In this interview, Doug Barr kindly shares his experience using a form of ASL to work with deafblind individuals, as well as his interest in Aboriginal languages. He also provides some solid advice for how to make progress in a language, as well as what’s going on when your language learning plateaus.
FTLOL: Tell us a bit about yourself. Where are you from and what do you do for a living? Are you able to speak any of the languages you know at your work?
DB: I work as an “intervenor,” which is a specialized community support worker supporting deafblind individuals. I was born in Victoria, British Columbia [Canada] and now live in Vancouver, British Columbia [Canada]. We use a limited version of ASL or contact sign at work, modified because the body shifts, spacialization, and use of eye gaze that are parts of ASL grammar are too small and too fast for our clients to perceive. I also use a few phrases of Tagalog, Hindi, and Mandarin with my co-workers who speak those languages. Most communication between staff is in English, although some of us do try to sign our conversations so that the clients feel more included and have more idea what’s going on.
FTLOL: Which languages can you currently speak at a good conversational level (or else fluently), and are you studying any others at the moment?
DB: I’m fluent or near-fluent in French, Spanish, and Scottish Gaelic. I can speak Portuguese conversationally (although depending on the accent, reading is sometimes easier than understanding speech) and I have conversational ASL, as well as a low conversational ability in Japanese. I also have the grammar of several other languages without being able to converse in them much because I don’t have the vocabulary; some of those are Hawaiian, Cantonese, Tagalog, Turkish, Arabic (MSA and Egyptian), and Halkomelem.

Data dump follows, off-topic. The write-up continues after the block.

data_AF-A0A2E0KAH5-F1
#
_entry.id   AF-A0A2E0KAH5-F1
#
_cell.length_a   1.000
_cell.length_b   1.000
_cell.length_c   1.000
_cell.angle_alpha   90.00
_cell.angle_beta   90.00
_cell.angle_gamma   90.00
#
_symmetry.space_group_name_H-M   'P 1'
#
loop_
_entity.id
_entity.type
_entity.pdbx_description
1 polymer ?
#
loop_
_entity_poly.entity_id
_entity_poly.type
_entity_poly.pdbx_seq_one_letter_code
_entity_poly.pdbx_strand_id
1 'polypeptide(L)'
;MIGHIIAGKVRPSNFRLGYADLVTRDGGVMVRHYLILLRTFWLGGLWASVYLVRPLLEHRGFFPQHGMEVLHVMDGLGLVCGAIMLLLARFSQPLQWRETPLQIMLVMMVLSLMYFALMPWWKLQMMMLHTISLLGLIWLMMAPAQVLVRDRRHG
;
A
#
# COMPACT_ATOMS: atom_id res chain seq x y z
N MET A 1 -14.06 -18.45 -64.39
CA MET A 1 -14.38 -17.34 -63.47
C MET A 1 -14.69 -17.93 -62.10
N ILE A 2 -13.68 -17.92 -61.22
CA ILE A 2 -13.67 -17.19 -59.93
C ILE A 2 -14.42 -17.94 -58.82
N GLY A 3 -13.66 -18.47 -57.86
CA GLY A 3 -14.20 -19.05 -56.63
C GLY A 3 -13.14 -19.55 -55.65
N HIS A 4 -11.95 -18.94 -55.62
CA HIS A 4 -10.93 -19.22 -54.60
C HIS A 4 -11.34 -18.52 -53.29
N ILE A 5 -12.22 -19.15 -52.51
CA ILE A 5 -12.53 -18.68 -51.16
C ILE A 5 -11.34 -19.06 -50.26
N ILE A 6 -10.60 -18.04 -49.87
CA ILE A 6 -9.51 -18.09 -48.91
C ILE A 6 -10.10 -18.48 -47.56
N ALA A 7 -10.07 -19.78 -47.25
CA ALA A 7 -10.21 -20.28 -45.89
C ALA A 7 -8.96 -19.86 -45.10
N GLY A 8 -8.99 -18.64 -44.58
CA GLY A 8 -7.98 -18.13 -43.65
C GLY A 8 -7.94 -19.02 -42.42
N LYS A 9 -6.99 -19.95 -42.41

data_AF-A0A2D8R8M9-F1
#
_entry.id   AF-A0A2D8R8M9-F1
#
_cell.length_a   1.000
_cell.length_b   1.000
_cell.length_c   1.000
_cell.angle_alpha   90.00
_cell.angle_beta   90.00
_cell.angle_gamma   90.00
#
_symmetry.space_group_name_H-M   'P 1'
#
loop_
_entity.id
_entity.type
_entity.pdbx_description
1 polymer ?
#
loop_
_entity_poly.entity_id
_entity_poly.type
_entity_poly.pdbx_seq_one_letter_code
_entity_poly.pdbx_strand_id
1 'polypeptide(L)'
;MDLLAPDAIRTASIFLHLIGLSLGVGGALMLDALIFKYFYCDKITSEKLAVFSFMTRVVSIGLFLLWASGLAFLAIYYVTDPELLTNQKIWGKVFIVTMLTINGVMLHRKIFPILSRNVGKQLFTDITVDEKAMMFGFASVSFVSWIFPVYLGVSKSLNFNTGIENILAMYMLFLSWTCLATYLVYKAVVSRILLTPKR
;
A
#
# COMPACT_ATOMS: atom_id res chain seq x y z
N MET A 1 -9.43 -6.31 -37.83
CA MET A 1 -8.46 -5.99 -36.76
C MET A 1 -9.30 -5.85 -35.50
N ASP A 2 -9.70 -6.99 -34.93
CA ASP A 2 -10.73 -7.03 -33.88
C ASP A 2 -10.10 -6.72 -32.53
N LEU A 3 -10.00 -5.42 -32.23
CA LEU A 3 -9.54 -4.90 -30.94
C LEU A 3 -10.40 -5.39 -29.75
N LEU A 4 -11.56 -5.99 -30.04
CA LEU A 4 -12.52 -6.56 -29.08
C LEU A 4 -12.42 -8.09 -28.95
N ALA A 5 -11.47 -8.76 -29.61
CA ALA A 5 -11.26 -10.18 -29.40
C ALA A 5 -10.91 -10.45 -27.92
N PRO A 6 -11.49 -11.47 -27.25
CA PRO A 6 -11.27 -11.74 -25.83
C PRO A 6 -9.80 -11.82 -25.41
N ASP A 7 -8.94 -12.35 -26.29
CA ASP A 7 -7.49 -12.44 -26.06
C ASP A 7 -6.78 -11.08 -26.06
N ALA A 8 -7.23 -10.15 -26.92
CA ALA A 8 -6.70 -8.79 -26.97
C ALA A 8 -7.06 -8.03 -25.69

FTLOL: When did you start learning foreign languages? Was there a specific event that triggered your interest in them?
DB: I’ve been interested in languages since I was very little — basically, since I became aware that not everyone in the world spoke English. At around age 10, I came downstairs announcing to my parents that I had grammatically parsed the Black Speech inscription on the One Ring in Tolkien’s Lord of the Rings, and then proved it, which along with many other things caused them to joke that I was possibly a changeling.
FTLOL: Has there been a specific language or group of languages that you have enjoyed learning more than others? If so, why?
DB: I have tended to gravitate to Indigenous languages to some extent because of the very different worldviews that they encode, and because I’m attracted to languages with complex morphology, particularly polysynthetic languages. I also tend to be more interested in non-Indo-European languages with interesting structures. Besides structural/intellectual interest, I’m drawn to many Indigenous languages because they are so critically endangered.
FTLOL: How has your personality affected your language study over time?
DB: I have fairly serious ADHD, and although that isn’t a personality trait, it is definitely something that affects my learning style, in that traditional dry sit-down methods of instruction are difficult for me to maintain. In terms of personality per se, I’m very much a communicator, and diversity and respect for differences are core values of mine, so that does push me to learn languages; in fact, if I’m around people speaking a different language for any sizable amount of time, I experience an almost OCD-like “brain itch” compulsion to learn at least a little of their language.